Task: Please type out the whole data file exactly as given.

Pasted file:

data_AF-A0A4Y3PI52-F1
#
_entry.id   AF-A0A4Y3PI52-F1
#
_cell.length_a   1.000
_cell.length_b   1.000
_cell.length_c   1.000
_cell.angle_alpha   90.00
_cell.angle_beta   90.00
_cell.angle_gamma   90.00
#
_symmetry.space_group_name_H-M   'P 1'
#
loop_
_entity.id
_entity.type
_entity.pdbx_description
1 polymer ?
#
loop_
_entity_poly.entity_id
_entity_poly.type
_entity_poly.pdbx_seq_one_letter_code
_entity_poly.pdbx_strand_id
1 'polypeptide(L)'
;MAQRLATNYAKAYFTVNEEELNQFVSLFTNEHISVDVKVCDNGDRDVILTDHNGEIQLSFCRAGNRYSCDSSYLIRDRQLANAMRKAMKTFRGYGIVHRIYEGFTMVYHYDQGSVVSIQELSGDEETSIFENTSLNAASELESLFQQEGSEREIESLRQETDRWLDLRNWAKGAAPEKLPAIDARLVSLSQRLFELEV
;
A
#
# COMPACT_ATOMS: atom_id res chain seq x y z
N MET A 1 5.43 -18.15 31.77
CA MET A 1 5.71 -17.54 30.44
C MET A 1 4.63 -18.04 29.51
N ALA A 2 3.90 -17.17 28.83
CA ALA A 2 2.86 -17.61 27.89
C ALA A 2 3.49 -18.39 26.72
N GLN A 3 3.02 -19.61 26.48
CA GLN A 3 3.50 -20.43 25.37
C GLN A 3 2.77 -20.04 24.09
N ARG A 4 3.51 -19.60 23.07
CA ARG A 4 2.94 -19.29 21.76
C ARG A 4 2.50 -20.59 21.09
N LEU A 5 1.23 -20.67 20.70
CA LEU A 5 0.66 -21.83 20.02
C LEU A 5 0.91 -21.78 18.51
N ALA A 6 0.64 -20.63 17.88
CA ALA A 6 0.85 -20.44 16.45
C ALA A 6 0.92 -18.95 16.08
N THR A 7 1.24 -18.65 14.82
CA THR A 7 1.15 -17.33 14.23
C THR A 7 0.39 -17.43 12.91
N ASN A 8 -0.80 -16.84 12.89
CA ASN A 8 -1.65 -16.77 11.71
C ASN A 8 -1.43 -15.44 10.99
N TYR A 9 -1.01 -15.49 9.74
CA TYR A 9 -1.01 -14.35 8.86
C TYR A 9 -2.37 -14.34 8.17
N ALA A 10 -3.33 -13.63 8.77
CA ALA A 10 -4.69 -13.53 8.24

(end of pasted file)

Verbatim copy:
data_AF-A0A4Y3PI52-F1
#
_entry.id   AF-A0A4Y3PI52-F1
#
_cell.length_a   1.000
_cell.length_b   1.000
_cell.length_c   1.000
_cell.angle_alpha   90.00
_cell.angle_beta   90.00
_cell.angle_gamma   90.00
#
_symmetry.space_group_name_H-M   'P 1'
#
loop_
_entity.id
_entity.type
_entity.pdbx_description
1 polymer ?
#
loop_
_entity_poly.entity_id
_entity_poly.type
_entity_poly.pdbx_seq_one_letter_code
_entity_poly.pdbx_strand_id
1 'polypeptide(L)'
;MAQRLATNYAKAYFTVNEEELNQFVSLFTNEHISVDVKVCDNGDRDVILTDHNGEIQLSFCRAGNRYSCDSSYLIRDRQLANAMRKAMKTFRGYGIVHRIYEGFTMVYHYDQGSVVSIQELSGDEETSIFENTSLNAASELESLFQQEGSEREIESLRQETDRWLDLRNWAKGAAPEKLPAIDARLVSLSQRLFELEV
;
A
#
# COMPACT_ATOMS: atom_id res chain seq x y z
N MET A 1 5.43 -18.15 31.77
CA MET A 1 5.71 -17.54 30.44
C MET A 1 4.63 -18.04 29.51
N ALA A 2 3.90 -17.17 28.83
CA ALA A 2 2.86 -17.61 27.89
C ALA A 2 3.49 -18.39 26.72
N GLN A 3 3.02 -19.61 26.48
CA GLN A 3 3.50 -20.43 25.37
C GLN A 3 2.77 -20.04 24.09
N ARG A 4 3.51 -19.60 23.07
CA ARG A 4 2.94 -19.29 21.76
C ARG A 4 2.50 -20.59 21.09
N LEU A 5 1.23 -20.67 20.70
CA LEU A 5 0.66 -21.83 20.02
C LEU A 5 0.91 -21.78 18.51
N ALA A 6 0.64 -20.63 17.88
CA ALA A 6 0.85 -20.44 16.45
C ALA A 6 0.92 -18.95 16.08
N THR A 7 1.24 -18.65 14.82
CA THR A 7 1.15 -17.33 14.23
C THR A 7 0.39 -17.43 12.91
N ASN A 8 -0.80 -16.84 12.89
CA ASN A 8 -1.65 -16.77 11.71
C ASN A 8 -1.43 -15.44 10.99
N TYR A 9 -1.01 -15.49 9.74
CA TYR A 9 -1.01 -14.35 8.86
C TYR A 9 -2.37 -14.34 8.17
N ALA A 10 -3.33 -13.63 8.77
CA ALA A 10 -4.69 -13.53 8.24